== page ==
Age, Biography and Wiki
Kirk McLean was born on 26 June, 1966 in Willowdale, Toronto, Canada. Discover Kirk McLean’s Biography, Age, Height, Physical Stats, Dating/Affairs, Family and career updates. Learn How rich is He in this year and how He spends money? Also learn how He earned most of networth at the age of 54 years old?
|Age||54 years old|
|Born||26 June 1966|
|Birthplace||Willowdale, Toronto, Canada|
We recommend you to check the complete list of Famous People born on 26 June.
He is a member of famous with the age 54 years old group.
Kirk McLean Height, Weight & Measurements
At 54 years old, Kirk McLean height is 1.83 m and Weight 182 lb (83 kg; 13 st 0 lb).
|Weight||182 lb (83 kg; 13 st 0 lb)|
|Body Measurements||Not Available|
|Eye Color||Not Available|
|Hair Color||Not Available|
Dating & Relationship status
He is currently single. He is not dating anyone. We don’t have much information about He’s past relationship and any previous engaged. According to our Database, He has no children.
Kirk McLean Net Worth
He net worth has been growing significantly in 2018-19. So, how much is Kirk McLean worth at the age of 54 years old? Kirk McLean’s income source is mostly from being a successful . He is from Canada. We have estimated Kirk McLean’s net worth, money, salary, income, and assets.
|Net Worth in 2020||$1 Million – $5 Million|
|Salary in 2019||Under Review|
|Net Worth in 2019||Pending|
|Salary in 2019||Under Review|
|Source of Income|
Kirk McLean Social Network
|Kirk McLean Instagram|
|Kirk McLean Twitter|
|Kirk McLean Facebook|
|Wikipedia||Kirk McLean Wikipedia|
Timeline of Kirk McLean
McLean’s play began to slip in 1995–96 as his GAA inflated to 3.54 and he recorded a losing 15-21-9 record. He was sidelined for six weeks during the season, beginning in January 1996, due to a cartilage tear in his left knee that required arthroscopic surgery. Rookie Corey Hirsch, who began the season as McLean’s backup, in comparison recorded a 2.93 GAA and a 17-14-6 record. McLean was chosen to start in the opening series against the top-seeded Colorado Avalanche, but was pulled in favour of Hirsch during Game 1 after allowing three goals on 12 shots. The game marked McLean’s final playoff appearance of his career as Hirsch played the remaining five games. The Avalanche eliminated Vancouver in six games and went on to win the Stanley Cup.
He is now with ex-model and media account consultant Genevieve Duford, living together in Vancouver. 2017/05/19 https://vancouversun.com/business/local-business/town-talk-combined-face-the-world-today-galas-benefit-disadvantaged-women-and-children https://theprovince.com/opinion/columnists/fred-lees-social-network-sports-celebrities-festival-raises-400000-for-canucks-for-kids-fund-special-olympics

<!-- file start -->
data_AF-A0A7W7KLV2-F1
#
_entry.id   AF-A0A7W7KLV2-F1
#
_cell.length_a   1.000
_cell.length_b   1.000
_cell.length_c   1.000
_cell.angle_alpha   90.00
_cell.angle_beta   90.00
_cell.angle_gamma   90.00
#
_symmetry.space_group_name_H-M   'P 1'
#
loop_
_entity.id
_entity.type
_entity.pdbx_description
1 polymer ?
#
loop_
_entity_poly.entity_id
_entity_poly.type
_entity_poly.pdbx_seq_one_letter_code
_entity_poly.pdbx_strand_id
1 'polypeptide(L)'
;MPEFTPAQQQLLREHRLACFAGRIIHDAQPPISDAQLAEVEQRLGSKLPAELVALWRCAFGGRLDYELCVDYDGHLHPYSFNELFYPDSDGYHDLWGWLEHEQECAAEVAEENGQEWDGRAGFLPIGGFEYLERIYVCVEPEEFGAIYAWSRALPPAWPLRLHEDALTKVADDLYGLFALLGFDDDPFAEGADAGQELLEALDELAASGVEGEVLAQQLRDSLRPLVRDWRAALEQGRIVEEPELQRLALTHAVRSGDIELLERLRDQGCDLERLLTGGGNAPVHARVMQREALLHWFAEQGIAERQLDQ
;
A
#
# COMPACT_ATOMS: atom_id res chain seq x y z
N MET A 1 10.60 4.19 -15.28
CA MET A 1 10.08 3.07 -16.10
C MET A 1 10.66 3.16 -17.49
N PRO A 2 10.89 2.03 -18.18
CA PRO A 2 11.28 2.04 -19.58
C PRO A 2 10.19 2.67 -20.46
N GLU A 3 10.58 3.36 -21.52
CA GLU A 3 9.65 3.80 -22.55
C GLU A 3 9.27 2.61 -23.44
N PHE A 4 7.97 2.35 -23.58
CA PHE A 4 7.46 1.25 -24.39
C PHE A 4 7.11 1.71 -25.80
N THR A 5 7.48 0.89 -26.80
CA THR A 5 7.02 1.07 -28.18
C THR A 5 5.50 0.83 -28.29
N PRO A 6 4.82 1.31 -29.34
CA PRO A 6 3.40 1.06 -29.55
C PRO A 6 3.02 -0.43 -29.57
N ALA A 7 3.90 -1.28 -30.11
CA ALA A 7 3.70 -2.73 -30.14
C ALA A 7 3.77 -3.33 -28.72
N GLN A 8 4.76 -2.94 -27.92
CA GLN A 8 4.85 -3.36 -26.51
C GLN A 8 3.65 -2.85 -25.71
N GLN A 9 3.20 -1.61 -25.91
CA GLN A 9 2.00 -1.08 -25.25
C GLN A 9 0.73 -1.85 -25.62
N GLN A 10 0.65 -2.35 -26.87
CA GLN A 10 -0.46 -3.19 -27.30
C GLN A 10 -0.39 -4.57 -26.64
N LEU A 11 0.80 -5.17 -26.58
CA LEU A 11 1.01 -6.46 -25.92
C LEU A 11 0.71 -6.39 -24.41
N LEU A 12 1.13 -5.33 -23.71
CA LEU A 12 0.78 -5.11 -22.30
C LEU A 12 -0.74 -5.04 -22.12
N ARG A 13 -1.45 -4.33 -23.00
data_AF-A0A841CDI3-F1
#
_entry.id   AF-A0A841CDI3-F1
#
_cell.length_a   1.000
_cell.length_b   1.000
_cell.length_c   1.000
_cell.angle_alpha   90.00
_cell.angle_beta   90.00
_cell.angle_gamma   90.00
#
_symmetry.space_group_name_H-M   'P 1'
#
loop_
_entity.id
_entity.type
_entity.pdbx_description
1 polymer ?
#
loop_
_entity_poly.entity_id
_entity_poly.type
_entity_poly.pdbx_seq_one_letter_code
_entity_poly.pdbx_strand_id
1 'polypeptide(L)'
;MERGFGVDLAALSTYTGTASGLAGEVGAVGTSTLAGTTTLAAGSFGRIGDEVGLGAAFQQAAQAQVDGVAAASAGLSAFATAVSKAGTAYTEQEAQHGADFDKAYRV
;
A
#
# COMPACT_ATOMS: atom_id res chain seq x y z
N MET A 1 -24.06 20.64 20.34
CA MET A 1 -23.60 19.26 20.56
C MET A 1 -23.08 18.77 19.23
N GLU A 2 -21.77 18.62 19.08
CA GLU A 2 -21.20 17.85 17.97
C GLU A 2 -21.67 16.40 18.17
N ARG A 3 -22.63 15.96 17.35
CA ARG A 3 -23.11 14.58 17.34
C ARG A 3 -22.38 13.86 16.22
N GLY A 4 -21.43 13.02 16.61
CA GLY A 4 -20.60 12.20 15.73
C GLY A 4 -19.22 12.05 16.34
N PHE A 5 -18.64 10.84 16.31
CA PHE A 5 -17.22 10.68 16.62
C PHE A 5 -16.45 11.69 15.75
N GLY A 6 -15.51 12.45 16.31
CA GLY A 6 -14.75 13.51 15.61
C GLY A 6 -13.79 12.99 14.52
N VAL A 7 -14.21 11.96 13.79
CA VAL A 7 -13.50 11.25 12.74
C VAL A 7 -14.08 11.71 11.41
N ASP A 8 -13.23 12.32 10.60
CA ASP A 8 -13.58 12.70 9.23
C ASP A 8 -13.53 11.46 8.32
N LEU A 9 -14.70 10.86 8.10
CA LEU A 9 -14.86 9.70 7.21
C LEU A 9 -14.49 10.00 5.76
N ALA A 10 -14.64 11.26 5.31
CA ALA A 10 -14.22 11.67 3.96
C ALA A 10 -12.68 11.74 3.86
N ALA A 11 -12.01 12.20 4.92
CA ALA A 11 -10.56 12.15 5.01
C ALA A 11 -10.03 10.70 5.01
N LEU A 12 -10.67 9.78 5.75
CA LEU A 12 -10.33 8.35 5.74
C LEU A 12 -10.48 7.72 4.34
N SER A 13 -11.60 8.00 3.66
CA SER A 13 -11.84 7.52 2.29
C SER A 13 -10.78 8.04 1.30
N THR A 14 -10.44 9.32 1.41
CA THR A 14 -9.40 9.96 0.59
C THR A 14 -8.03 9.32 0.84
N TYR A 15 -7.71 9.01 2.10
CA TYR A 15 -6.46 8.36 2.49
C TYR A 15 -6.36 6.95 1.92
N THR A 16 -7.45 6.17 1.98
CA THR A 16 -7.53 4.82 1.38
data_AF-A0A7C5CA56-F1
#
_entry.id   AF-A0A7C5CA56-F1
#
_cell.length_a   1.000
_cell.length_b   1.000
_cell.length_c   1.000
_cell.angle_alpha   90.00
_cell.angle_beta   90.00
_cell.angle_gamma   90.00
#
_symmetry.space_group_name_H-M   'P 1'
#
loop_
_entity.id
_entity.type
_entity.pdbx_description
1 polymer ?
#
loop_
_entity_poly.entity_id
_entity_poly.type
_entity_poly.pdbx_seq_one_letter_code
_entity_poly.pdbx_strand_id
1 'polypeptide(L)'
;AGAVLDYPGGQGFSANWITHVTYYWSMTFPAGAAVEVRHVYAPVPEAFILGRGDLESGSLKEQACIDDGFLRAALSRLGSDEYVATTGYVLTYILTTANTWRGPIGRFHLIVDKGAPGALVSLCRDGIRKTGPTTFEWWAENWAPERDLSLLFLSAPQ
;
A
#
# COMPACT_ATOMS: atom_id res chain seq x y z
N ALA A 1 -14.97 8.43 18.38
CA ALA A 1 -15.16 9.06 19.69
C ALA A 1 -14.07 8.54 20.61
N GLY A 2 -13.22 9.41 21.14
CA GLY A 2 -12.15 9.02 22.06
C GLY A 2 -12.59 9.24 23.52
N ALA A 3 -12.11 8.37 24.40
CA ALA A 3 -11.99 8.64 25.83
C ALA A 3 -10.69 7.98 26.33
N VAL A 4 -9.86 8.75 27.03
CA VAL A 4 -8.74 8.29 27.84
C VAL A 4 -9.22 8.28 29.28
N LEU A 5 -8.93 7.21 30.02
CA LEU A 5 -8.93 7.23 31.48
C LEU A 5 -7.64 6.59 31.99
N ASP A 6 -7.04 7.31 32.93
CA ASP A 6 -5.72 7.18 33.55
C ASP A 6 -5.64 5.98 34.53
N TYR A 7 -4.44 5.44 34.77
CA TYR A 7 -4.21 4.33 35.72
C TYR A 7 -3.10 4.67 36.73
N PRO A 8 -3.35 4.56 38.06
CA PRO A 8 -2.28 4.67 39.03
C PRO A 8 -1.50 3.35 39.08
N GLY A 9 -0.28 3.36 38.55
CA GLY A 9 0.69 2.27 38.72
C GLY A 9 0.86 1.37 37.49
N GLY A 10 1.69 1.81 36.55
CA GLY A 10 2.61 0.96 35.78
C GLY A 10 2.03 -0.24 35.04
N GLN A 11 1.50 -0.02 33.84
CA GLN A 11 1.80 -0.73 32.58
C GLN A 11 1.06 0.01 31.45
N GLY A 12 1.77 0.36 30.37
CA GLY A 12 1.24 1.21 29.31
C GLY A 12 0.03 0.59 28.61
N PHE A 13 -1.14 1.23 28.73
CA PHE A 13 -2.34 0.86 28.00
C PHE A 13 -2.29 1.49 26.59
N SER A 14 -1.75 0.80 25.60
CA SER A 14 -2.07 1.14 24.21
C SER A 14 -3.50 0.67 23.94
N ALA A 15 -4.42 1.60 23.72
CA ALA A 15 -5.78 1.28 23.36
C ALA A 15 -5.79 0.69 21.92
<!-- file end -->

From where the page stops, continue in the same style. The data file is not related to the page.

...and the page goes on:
McLean was named to BC’s Hockey Hall of Fame on Jan 22, 2014.
The Canucks went on to capture the Clarence S. Campbell Bowl as Western Conference champions to meet the New York Rangers in the Finals. McLean opened the series with a 52-save performance, including 17 in overtime, to win the first game 3–2. It was the second-most saves by a goaltender in a Stanley Cup Finals game, coming within four stops of Canadiens goaltender Ken Dryden’s 56 saves in 1971 against the Chicago Blackhawks. It also remained the most saves by a Canucks goaltender in a playoff game until Luongo made 72 stops in 2007. Canucks head coach Pat Quinn commented after the game that McLean’s performance should be sent “in an instructional package…to young goaltender[s].” Although the Canucks managed to force a game seven after falling 3–1 in the series, they eventually lost the Stanley Cup to the Rangers by a 3–2 score in the final game. McLean finished the 1994 playoffs with a 15-9 record, a 2.29 GAA and .928 save percentage. His 1,544 minutes played, 820 shots against and 761 saves all set playoff records (they have since been surpassed).
After suffering a 3–2 loss versus Czechoslovakia in the opening game of the medal round, Canada opted to start Essensa versus the Soviet Union. Essensa let in four early goals before being replaced by McLean, who let in another three in a 7–1 loss to move Canada out of contention for the gold medal. In the final game of the tournament versus Sweden, Canada suffered a 6–4 loss and finished fourth overall for the tournament, missing out on their opportunity for a bronze medal that would have come with a win versus Sweden.
From Sept 3, 2010 to May 14, 2013, McLean served as Colorado Avalanche’s goaltending consultant;. During the 2010–11 season, McLean was honoured by the Canucks in a ceremony prior to a game against the Avalanche on November 25, 2010. The organization made him the second inductee of the Canucks’ Ring of Honour, commemorating the team’s best players of all-time with plaques circling the Rogers Arena stands.
Following his retirement, McLean moved back to Vancouver, where he joined the Canucks’ alumni squad. The group is active in the local community, participating in fundraisers and working alongside Hockey Canada and BC Hockey for minor hockey associations. In September 2011, his off-ice efforts as a member of the Canucks’ alumni were recognized and he was presented the Jake Milford Award.